Researchers at MIT have taken a big step toward developing safe and effective methods for gene therapy. They have found a way to refine the ability of biodegradable polymersto deliver the genes
Gene therapy involves the inserting of new genes into the cells of patients. It is used to combat diseases like cancer and it great promise, but in order to reach its full potential the researchers need to be able to set aside the concerns of the safety level of using viruses to transport the genes.
This research focused on creating a new type of carrier for the gene from synthetic, non-viral material.
Their aim was to take a safe biocompatible, degradable polymer and make it more effective instead of starting out with a virus and trying to make it safer.
Even thought gene therapy had been researched for close to 20 years, and there have been more than 1,000 clinical trials there still are no FDA approved gene therapies. In most of the trials viruses are used as carriers-vectors- to deliver the genes. But there are risks that are associated with using the viruses. Researchers have been working on the development of non viral delivery methods.
In this particular study the scientists at MIT focused their attention on three chains of alternating amine- an organic compound- and diacrylate- crosslinking agent between the molecular chains of polymers- groups. These groups had previously shown potential to be gene carriers. They hope to make them even more efficient by modifying them at the very ends of the chains.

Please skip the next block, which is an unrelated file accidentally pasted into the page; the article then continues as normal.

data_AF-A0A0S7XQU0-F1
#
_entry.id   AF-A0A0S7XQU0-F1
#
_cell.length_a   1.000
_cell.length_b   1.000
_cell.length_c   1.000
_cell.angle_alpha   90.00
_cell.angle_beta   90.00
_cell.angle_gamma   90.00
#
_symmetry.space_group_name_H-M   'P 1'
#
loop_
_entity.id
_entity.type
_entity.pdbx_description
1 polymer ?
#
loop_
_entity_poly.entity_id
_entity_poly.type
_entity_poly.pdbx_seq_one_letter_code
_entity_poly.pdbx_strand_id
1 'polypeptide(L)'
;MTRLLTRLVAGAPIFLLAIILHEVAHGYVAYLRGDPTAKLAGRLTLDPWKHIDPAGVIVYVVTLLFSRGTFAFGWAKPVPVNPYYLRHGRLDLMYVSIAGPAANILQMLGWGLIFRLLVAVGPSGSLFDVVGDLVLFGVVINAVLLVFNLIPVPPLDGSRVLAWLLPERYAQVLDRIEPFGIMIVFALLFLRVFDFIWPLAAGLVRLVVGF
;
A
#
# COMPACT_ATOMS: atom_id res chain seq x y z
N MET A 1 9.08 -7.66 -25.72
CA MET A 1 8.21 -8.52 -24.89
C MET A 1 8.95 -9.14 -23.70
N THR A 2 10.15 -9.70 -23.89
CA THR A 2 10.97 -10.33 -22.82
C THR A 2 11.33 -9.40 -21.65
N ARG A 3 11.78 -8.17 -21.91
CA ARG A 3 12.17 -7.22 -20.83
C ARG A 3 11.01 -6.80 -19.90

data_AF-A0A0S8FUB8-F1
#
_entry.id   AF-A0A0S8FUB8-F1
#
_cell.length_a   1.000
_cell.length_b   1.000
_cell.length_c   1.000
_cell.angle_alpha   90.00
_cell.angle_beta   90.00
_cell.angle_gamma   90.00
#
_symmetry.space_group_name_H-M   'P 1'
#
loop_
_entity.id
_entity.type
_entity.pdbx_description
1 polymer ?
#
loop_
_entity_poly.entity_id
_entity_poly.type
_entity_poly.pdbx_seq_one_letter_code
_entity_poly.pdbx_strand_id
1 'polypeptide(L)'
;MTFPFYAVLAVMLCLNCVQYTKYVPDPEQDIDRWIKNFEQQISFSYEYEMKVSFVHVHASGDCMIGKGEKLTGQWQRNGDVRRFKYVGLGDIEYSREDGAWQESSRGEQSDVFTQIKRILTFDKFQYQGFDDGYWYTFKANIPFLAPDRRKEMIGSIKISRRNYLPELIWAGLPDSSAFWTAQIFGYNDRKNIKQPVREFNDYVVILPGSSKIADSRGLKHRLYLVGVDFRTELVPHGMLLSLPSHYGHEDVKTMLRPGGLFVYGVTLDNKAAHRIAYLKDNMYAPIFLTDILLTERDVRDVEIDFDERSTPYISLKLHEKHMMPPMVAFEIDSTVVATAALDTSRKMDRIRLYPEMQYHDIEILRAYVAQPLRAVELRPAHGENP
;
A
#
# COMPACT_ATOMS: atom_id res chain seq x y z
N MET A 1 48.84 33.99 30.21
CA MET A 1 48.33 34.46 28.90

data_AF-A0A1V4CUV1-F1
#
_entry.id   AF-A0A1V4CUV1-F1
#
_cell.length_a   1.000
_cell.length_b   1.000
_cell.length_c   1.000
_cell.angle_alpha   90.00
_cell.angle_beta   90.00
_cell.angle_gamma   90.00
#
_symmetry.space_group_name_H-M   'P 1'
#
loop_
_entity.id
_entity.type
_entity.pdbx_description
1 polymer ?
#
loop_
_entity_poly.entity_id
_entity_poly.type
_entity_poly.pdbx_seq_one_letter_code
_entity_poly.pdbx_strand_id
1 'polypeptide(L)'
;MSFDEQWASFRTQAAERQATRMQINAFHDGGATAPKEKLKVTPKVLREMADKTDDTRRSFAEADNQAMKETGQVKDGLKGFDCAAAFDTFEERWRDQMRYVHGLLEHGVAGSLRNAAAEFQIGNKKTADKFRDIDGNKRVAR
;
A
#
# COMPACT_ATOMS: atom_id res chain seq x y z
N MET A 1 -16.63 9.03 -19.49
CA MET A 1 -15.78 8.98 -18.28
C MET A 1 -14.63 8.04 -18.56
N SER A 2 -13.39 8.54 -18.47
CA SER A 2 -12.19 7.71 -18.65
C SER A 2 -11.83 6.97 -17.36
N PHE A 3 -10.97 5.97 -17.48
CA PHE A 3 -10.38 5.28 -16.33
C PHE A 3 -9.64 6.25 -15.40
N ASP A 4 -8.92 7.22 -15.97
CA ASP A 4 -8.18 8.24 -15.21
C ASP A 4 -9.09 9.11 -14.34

When these polymer are mixed together, they can spontaneously mix with DNA to make nanoparticles. These can act in certain ways like an artificial virus and thereby deliver functional DNA when it is injected either right into or near the target. They have already been shown safe in mice and the next step will be to run clinical trials.
No viral vectors like these could turn out to be not only safer than the viruses are but they may be able to avoid the immune system , which would allow for multiple applications.
One of the specific line of research that MIT is pursuing along with Janet Sawicki at the Lankenau Institute for Medical Research involves ovarian cancer. With this, they have found that these polymer-DNA nanoparticles are able deliver DNA at high levels to ovarian tumors without harming healthy tissue.
The team is led by Daniel Anderson, research associate in MIT’s Center for Cancer Research. First co author is Jordan Green, a graduate student in biological engineering as is Gregory Zugates, a former graduate student in chemical engineering now at WMR Biomedical, Inc. The rest of the team are Nathan Tedford, a former graduate student in biological engineering now at Epitome Biosystems; Linda Griffith, professor of biological engineering; Douglas Lauffenberger, head of biological engineering, and Institute Professor Robert Langer. Sawicki and Yu-Hung Huang of the Lankenau Institute.
The research was funded by the National Institutes of Health, the Department of Defense and the National Science Foundation.
Sosurce: MIT http://web.mit.edu/
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